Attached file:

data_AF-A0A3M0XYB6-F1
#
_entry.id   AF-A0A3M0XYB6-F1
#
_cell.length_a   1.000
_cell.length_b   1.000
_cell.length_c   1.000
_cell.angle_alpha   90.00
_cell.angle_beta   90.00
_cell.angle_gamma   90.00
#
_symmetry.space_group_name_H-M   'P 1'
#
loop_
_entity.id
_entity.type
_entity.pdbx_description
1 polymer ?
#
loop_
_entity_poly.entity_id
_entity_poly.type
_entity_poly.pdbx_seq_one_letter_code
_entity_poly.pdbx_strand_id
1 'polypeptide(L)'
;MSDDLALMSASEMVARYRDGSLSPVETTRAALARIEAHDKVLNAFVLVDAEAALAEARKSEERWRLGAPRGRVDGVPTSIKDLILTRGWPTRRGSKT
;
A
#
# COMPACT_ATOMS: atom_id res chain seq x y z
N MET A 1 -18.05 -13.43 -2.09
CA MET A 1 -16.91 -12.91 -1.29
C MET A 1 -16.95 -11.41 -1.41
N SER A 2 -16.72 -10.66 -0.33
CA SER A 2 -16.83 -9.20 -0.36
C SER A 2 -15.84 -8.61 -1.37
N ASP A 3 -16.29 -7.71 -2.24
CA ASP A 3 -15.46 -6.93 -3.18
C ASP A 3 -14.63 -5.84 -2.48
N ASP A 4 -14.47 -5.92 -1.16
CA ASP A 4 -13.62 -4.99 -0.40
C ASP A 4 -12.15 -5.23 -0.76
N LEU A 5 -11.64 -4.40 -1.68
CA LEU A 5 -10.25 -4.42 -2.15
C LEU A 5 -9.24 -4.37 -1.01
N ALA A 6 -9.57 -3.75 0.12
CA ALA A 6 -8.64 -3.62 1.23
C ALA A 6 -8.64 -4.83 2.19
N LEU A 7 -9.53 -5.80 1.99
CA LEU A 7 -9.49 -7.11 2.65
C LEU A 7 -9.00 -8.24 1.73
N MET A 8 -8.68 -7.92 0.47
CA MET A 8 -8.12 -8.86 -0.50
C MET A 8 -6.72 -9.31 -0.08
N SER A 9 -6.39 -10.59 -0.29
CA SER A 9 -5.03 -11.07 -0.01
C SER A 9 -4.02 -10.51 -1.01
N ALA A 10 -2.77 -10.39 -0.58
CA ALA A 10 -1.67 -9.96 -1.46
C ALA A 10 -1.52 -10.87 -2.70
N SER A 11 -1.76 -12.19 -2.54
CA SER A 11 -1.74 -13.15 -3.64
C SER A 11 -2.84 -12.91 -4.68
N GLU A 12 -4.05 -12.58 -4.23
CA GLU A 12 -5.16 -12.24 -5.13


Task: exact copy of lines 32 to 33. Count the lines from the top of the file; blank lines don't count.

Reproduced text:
CA MET A 1 -16.91 -12.91 -1.29
C MET A 1 -16.95 -11.41 -1.41